H-t. Not too much difference between the two sides during the first half. It became clear that the Spaniards had not quite found their shape yet.

Second half:
Luis Suárez made one tactical change at half time: Deciding that five at the back was too cautious, he reverted to 4-4-2. Quique Flores, who had been the more active of the two full-backs, moved forward into right midfield, pushing Górriz out to right back. Left midfield was taken by Martín Vázquez.

The second half started much like the first had ended, but the game abruptly changed with the opening goal of the game in the 53rd minute of play. In a manner typical of the game, Roberto and Martín Vázquez were the driving forces behind the Spanish attack, this time nicely exploiting unusual amounts of space that had manifested in the Irish team. Roberto found Martín Vázquez in vast acres of space on the left hand side (his new position after the break), and the Real Madrid man passed the ball on to Manolo alone with Packie Bonner, making it 1-0 to Spain. Credit must also be given to Míchel who had started the attack by an almost intuitive pass to Roberto. 

Generally, Spain looked far more dangerous in this half, as they started to threaten the Irish full-backs. Martín Vázquez had been mentioned, and on the opposite side Quique Flores and Míchel contributed to giving the inexperienced Steve Staunton a difficult time. The half time change had done Spain good. With Míchel more and more seeking his favoured right hand side, Roberto now took control of the centre midfield almost single-handedly: a responsibility he took good care of. Neither Sheridan nor Moran posed any threat to that space. As the half proceeded and Spain held on to their lead, they looked to have found their shape. The inclusion of wide players had made them more unpredictable, where they looked static in the first half with the three central players in midfield. 2-0 followed shortly after, on 65 minutes. Again Spain challenged Staunton from their right hand side, as Quique Flores made it past the Liverpool full back and crossed the ball for Butragueño, who finished with aplomb on the far post.

Spain had lost Bakero with injury before this game. His replacement, Ramón, a similar type of player, was given the chance midway through the second half. Ramón did of course play for the other team in town, but was given a good reception by the home crowd this night.

The Republic never looked like staging a comeback. Niall Quinn came on for Aldridge at 1-0, but Charlton’s game plan of not conceding had been undone. Their best spell of the game came in the last ten minutes of play, shortly after Liam O’Brien had entered the field. But at this point Spain looked confident of having secured the two points. The Spanish showed their emphasize to first win the battle and then later to outplay the Irish when they were on top in the first half an hour of the second half. Sure, la Roja can play but they also have the necessary physique to deal with sturdy sides like the Irish.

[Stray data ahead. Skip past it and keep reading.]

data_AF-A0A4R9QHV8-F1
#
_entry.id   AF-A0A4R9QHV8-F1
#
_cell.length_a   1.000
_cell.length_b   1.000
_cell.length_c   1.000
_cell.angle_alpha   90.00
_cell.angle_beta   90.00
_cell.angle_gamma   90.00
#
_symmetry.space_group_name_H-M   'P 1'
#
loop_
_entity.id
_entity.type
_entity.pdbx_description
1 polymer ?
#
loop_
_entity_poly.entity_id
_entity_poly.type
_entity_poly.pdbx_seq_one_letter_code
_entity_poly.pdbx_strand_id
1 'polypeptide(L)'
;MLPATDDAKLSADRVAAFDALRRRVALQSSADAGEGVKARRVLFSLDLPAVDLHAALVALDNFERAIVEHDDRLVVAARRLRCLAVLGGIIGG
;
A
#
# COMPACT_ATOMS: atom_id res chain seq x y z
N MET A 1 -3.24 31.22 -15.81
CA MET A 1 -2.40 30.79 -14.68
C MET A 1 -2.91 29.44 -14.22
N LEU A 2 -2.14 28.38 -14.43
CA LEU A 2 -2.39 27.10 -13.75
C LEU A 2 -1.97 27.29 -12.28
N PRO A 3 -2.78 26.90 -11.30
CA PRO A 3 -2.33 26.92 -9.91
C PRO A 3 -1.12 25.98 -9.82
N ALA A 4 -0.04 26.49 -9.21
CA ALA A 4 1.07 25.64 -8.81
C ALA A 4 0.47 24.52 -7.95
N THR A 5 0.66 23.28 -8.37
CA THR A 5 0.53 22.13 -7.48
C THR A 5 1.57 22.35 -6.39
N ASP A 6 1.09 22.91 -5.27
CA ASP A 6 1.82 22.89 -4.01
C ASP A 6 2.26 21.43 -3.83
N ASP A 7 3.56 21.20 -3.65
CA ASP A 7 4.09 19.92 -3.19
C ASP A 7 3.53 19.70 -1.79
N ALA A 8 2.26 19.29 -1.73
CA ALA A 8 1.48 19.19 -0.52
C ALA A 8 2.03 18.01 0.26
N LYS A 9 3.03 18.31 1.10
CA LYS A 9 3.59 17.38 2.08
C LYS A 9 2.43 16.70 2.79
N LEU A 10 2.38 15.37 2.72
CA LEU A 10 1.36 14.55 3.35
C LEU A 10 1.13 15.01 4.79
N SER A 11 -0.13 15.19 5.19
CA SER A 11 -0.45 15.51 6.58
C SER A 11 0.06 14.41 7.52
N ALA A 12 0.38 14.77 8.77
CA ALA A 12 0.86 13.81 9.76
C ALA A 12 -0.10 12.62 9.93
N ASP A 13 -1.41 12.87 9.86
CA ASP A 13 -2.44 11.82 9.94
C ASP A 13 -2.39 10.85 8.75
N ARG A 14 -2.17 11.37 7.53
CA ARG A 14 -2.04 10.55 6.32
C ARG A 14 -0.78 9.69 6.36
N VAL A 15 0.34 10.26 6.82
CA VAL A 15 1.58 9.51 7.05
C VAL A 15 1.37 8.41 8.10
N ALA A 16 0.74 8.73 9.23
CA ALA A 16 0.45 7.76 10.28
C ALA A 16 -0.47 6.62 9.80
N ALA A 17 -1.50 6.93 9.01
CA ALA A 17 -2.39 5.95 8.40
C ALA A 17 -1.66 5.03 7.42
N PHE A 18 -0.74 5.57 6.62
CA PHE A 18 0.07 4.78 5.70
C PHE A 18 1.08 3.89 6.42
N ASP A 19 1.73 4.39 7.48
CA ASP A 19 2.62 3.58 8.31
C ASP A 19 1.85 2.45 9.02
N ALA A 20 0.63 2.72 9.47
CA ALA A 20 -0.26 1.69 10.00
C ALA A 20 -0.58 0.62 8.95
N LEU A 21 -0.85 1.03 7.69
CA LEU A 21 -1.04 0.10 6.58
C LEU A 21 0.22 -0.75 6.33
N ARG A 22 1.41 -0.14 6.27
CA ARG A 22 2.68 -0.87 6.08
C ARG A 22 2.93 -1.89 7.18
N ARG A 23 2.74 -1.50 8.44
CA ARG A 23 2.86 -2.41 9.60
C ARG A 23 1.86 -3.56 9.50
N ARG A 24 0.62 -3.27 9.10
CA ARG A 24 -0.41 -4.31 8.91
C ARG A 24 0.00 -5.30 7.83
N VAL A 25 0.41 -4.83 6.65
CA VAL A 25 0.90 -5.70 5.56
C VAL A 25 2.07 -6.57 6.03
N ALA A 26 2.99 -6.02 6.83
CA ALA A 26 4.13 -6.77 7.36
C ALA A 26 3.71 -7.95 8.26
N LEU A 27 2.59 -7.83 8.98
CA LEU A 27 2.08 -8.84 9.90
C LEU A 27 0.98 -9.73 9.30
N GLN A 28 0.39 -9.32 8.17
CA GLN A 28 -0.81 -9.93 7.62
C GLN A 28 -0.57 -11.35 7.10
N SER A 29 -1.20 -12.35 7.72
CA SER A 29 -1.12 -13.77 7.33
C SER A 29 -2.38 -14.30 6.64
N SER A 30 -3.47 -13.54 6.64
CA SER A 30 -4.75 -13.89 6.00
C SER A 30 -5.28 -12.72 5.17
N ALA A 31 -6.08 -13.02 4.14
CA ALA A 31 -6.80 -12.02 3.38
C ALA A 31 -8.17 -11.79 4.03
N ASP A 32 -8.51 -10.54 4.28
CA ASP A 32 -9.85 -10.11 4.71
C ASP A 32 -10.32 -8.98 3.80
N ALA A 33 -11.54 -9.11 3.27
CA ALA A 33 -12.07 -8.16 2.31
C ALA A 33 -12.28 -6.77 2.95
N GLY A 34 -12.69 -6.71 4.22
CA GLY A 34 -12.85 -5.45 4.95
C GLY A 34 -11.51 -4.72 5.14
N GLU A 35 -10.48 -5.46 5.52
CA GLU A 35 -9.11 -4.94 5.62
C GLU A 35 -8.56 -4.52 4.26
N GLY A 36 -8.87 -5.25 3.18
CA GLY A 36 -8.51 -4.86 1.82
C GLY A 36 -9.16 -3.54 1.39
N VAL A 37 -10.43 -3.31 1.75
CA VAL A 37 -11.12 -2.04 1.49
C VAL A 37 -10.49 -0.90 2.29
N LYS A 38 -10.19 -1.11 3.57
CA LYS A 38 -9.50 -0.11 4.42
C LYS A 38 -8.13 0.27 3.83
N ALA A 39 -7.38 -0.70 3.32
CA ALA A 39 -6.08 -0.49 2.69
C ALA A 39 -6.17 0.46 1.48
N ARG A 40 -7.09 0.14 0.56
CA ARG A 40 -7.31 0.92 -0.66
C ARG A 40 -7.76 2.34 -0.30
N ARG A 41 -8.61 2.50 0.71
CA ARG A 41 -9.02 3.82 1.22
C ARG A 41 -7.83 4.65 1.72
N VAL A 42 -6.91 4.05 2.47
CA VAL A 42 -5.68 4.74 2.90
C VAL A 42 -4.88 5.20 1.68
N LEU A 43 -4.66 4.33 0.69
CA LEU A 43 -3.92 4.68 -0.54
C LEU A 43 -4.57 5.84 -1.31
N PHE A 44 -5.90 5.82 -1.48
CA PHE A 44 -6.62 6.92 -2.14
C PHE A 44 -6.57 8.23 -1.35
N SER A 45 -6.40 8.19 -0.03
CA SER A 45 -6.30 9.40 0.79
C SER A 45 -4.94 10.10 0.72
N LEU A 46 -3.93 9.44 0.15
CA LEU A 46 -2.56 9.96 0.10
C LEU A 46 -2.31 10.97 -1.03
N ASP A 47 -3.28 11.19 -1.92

1 Zubizarreta 6.6
Not much to do. Generally confident, but could at one occasion have done better in punching the ball.
2 Quique Flores 7.1
Had some trouble with Galvin in the first half. Quite positive when moved upfield after the break. Assisted for 2-0. 
(12 Solana –
Got the final few minutes for Quique wide right. Had time to trouble Staunton once.)
3 Jiménez 7.0
Mainly focused on defensive responsibilites, where he is very, very solid. Also combined well with Vázquez during the second half. 
4 Andrinúa 7.6
Very effective in the air with some towering headers. Absolutely no fear and a huge presence at the back. 
5 Manuel Sanchís 6.9
Not as dominant as in the Euros. Clearly instructed to feed the ball to Míchel.
6 Górriz 6.9
Not as interested in the ball as the other Spanish defenders. Did well to handle Galvin in the second half.
7 Manolo 7.3
Made a lot of good runs off the ball, especially when finding space in behind the Irish defence. Was replaced in a phase where he could have been a very dangerous weapon for Spain.
(15 Ramón –
A more typical centre forward and a lot less of a direct threat than Manolo. Offers strength in the air, but finds it hard against solid Irish centrebacks.)
8 Míchel 7.9
A giant. Has it all: technique, distributing ability, strength and a great shot. Completely bosses the midfield from his deep role. 
9 Butragueño 7.1
A very fine performance by the captain, which he caps with the conclusive goal. Shows good strength and awareness. 
10 Roberto 6.9
Outshone by Míchel, but not at all a bad game. Helps the home side dominate the midfield area. 
11 Martín Vázquez 7.1
His close control sometimes beggars belief. Probably more efficient out wide in the second half than he was in a central capacity before the break. Good run and assist for 1-0. 

1 Bonner 7.1
Has a couple of fine saves, in particular from Quique’s close range effort. Also assures his defenders with his composure. 
2 Morris 6.8
Usually steady defensively, however there could be questions asked about his positioning for the opening goal. Contributes little going forward. 
3 Staunton 6.2
The teenager did well initially, but found it very difficult after the break when Spain upped the ante down his side. Time and again taken advantage of. 
4 McCarthy 6.7
The man with the huge throw knows how to defend. Takes no prisoners, but is up against some top class forwards. Still holds his own. 
5 O’Leary 7.0
The best of the Irish defenders, and it will have been a big bonus for Charlton to have him back in the side after such a lengthy absence. Wins headers, plays a lot of direct balls for his forwards to chase. 
6 Sheridan 6.3
Is never able to get any kind of grip in midfield. Has two rather tame efforts on goal from long range. 
(15 O’Brien –
Gets a few minutes towards the end where the Irish are in possession a lot, but can’t stamp his authority on the remainder of the tie.)
7 Moran 6.2
Clearly shows he is no midfielder. Is brave and courageous, but lacks skill to play in this position. The Spanish central midfield at times runs in rings around him. 
8 Houghton 6.7
He shows his great engine towards the latter stages of the game, but is mostly inefficient due to Jiménez’ solid defensive display. Lets frustration get the better of him when he hacks down the Spanish left back midway through the second half. 
9 Aldridge 6.0
Full of running, but enthusiasm alone was never going to give him his first international goal. Kept in check by Górriz in the first half, no threat after the break and taken off. 
(13 Quinn 6.5
Comes on and does win a few headers and battles well, but Spain are soon after his arrival two up, and it becomes a struggle for him to make an impact.)
10 Cascarino 6.8
Another very workmanlike performance from the Irish. Far more exuberant than his starting partner Aldridge, but little luck on goal despite his decent control along the ground and effort. Finds it hard to win headers against a robust Spanish backline.
11 Galvin 6.9
His first half was probably the best of the Irish lot, when he at times gave Quique a difficult time. Swung a few decent crosses in. Struggled second half when the defensively so sound Górriz was put at right back to handle him.